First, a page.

A more powerful bomb – much more work needed
Based on nuclear detonations at North Korea’s underground test sites, experts say Kim Jong-un currently possesses bombs with the same destructive power as the Hiroshima nuclear explosion.
The bomb destroyed an entire city and killed 70,000 people with its initial blast, with tens of thousands more following as a result of radioactive fallout.
Making a more powerful ICBM than this that is still small and lightweight requires thermonuclear fuel, which would upgrade North Korea’s arsenal into hydrogen bombs.
Based on nuclear detonations at North Korea’s underground test sites, experts say Kim Jong-un currently possesses bombs with the same destructive power as the Hiroshima nuclear explosion. Pictured is the world’s first nuclear bomb, ‘the gadget’, tested in August 1945
This would be extremely difficult to achieve, but could produce weapons with up to 1,000 times the destructive power of the North’s current warheads.
North Korea has shown great interest in developing hydrogen bombs, but experts are clueless as to how far off they are from developing one.
The clearest indicator would be the detection of a very large underground blast from one of the North’s testing sites.
NORTH KOREA’S MISSILE DEVELOPMENT: A TIMELINE
North Korea on Tuesday said it had tested an intercontinental ballistic missile, as its decades-long weapons program reached a grave new phase.
Here are key dates in Pyongyang’s quest to develop a missile capable of hitting the United States:
Late 1970s: Starts working on a version of the Soviet Scud-B (range 300 kilometres or 186 miles). Test-fired in 1984
1987-92: Begins developing variant of Scud-C (500 km), Rodong-1 (1,300 km), Taepodong-1 (2,500 km), Musudan-1 (3,000 km) and Taepodong-2 (6,700 km)
Aug 1998: Test-fires Taepodong-1 over Japan as part of failed satellite launch
Sept 1999: Declares moratorium on long-range missile tests amid improving ties with US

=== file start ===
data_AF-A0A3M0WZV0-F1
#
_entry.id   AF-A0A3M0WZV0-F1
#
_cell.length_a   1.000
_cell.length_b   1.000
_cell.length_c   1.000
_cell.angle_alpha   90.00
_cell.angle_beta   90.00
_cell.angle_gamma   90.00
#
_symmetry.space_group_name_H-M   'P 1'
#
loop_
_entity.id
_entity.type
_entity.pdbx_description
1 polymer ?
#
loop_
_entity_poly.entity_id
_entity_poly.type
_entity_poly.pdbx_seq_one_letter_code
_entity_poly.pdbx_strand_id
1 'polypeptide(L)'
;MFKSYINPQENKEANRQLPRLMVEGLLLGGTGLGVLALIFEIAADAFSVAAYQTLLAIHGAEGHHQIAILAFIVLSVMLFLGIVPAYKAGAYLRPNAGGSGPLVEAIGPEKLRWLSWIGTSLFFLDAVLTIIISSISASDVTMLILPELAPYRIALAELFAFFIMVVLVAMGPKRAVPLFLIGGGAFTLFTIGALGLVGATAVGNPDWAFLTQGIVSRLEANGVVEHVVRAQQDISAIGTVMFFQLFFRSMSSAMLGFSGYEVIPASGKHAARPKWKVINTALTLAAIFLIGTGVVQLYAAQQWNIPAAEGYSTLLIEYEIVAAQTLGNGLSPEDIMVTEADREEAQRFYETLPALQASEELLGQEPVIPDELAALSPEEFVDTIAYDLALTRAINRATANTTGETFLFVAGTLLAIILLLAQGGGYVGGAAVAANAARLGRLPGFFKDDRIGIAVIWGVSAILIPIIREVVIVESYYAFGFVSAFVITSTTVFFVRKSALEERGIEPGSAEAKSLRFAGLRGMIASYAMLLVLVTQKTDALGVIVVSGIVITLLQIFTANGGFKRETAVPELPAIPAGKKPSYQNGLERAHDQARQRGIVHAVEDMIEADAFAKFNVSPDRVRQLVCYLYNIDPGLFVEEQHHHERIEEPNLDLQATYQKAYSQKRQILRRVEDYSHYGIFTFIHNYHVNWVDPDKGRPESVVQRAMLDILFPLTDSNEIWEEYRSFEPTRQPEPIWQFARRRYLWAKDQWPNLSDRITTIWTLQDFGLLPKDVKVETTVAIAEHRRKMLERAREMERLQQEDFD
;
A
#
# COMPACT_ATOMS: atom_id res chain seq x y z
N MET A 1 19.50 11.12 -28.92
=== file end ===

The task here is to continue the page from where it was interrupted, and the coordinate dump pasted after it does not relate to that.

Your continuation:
July 12, 2000: Fifth round of US-North Korean missile talks ends without agreement after North demands $1 billion a year in return for halting missile exports
March 3, 2005: North ends moratorium on long-range missile testing, blames Bush administration’s ‘hostile’ policy
July 5, 2006: North test-fires seven missiles, including a long-range Taepodong-2 which explodes after 40 seconds
Oct 9, 2006: North conducts underground nuclear test, its first
April 5, 2009: North Korea launches long-range rocket which flies over Japan and lands in the Pacific, in what it says is an attempt to put a satellite into orbit. The United States, Japan and South Korea see it as a disguised test of a Taepodong-2
May 25, 2009: North conducts its second underground nuclear test, several times more powerful than the first
April 13, 2012: North launches what it has said is a long-range rocket to put a satellite into orbit, but it disintegrates soon after blast-off
December 12, 2012: North launches a multi-stage rocket and successfully places an Earth observational satellite in orbit
February 12, 2013: Conducts its third underground nuclear test
January 6, 2016: North conducts its fourth underground nuclear test, which it says was of a hydrogen bomb — a claim doubted by most experts
March 9, 2016: Kim Jong-Un claims the North has successfully miniaturised a thermo-nuclear warhead
April 23, 2016: North test-fires a submarine-launched ballistic missile
July 8, 2016: US and South Korea announce plans to deploy an advanced missile defence system — THAAD (Terminal High Altitude Area Defense)
August 3, 2016: North Korea fires a ballistic missile directly into Japan’s maritime economic zone for the first time
September 9, 2016: Fifth nuclear test
March 6, 2017: North fires four ballistic missiles in what it says is an exercise to hit US bases in Japan
March 7, 2017: US begins deploying THAAD missile defence system in South Korea
May 14, 2017: North fires a ballistic missile which flies 700 kilometres before landing in the Sea of Japan. Analysts say it has an imputed range of 4,500 kilometres and brings Guam within reach
July 4, 2017: North Korea test-fires a ballistic missile which flies 930 kilometres before landing in the Sea of Japan. Analysts say it has an imputed range of 6,700 kilometres and brings Alaska within reach. Pyongyang later says it was a ‘landmark’ test of a Hwasong-14 intercontinental ballistic missile (ICBM).